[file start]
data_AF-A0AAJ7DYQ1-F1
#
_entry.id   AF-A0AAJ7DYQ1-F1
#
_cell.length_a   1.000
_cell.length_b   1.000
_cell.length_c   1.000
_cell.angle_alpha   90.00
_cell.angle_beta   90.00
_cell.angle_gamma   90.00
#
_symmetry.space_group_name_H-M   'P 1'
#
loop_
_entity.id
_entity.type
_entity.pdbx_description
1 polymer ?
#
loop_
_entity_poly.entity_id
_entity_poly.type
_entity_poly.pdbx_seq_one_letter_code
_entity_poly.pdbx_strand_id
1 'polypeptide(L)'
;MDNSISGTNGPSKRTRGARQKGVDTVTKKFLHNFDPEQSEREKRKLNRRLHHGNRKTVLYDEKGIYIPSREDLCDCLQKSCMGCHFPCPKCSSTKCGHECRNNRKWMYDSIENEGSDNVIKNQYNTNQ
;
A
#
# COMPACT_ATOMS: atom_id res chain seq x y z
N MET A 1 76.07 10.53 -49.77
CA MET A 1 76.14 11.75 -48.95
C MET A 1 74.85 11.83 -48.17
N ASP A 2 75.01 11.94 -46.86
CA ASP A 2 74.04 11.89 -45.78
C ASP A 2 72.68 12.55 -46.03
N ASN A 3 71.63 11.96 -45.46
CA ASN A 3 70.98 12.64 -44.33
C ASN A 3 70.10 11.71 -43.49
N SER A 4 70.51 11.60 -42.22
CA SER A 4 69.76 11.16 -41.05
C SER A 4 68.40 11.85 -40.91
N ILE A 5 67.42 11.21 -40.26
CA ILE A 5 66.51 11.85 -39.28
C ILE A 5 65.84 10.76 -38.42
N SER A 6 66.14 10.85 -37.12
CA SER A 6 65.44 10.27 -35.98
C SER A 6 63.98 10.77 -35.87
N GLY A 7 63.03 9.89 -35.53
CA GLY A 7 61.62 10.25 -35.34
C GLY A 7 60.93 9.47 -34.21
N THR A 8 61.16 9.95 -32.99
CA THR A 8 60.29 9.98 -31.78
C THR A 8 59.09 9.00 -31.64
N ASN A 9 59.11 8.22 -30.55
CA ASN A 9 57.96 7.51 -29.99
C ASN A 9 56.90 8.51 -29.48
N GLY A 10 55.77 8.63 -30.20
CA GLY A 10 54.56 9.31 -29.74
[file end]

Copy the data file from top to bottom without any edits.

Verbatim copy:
data_AF-A0AAJ7DYQ1-F1
#
_entry.id   AF-A0AAJ7DYQ1-F1
#
_cell.length_a   1.000
_cell.length_b   1.000
_cell.length_c   1.000
_cell.angle_alpha   90.00
_cell.angle_beta   90.00
_cell.angle_gamma   90.00
#
_symmetry.space_group_name_H-M   'P 1'
#
loop_
_entity.id
_entity.type
_entity.pdbx_description
1 polymer ?
#
loop_
_entity_poly.entity_id
_entity_poly.type
_entity_poly.pdbx_seq_one_letter_code
_entity_poly.pdbx_strand_id
1 'polypeptide(L)'
;MDNSISGTNGPSKRTRGARQKGVDTVTKKFLHNFDPEQSEREKRKLNRRLHHGNRKTVLYDEKGIYIPSREDLCDCLQKSCMGCHFPCPKCSSTKCGHECRNNRKWMYDSIENEGSDNVIKNQYNTNQ
;
A
#
# COMPACT_ATOMS: atom_id res chain seq x y z
N MET A 1 76.07 10.53 -49.77
CA MET A 1 76.14 11.75 -48.95
C MET A 1 74.85 11.83 -48.17
N ASP A 2 75.01 11.94 -46.86
CA ASP A 2 74.04 11.89 -45.78
C ASP A 2 72.68 12.55 -46.03
N ASN A 3 71.63 11.96 -45.46
CA ASN A 3 70.98 12.64 -44.33
C ASN A 3 70.10 11.71 -43.49
N SER A 4 70.51 11.60 -42.22
CA SER A 4 69.76 11.16 -41.05
C SER A 4 68.40 11.85 -40.91
N ILE A 5 67.42 11.21 -40.26
CA ILE A 5 66.51 11.85 -39.28
C ILE A 5 65.84 10.76 -38.42
N SER A 6 66.14 10.85 -37.12
CA SER A 6 65.44 10.27 -35.98
C SER A 6 63.98 10.77 -35.87
N GLY A 7 63.03 9.89 -35.53
CA GLY A 7 61.62 10.25 -35.34
C GLY A 7 60.93 9.47 -34.21
N THR A 8 61.16 9.95 -32.99
CA THR A 8 60.29 9.98 -31.78
C THR A 8 59.09 9.00 -31.64
N ASN A 9 59.11 8.22 -30.55
CA ASN A 9 57.96 7.51 -29.99
C ASN A 9 56.90 8.51 -29.48
N GLY A 10 55.77 8.63 -30.20
CA GLY A 10 54.56 9.31 -29.74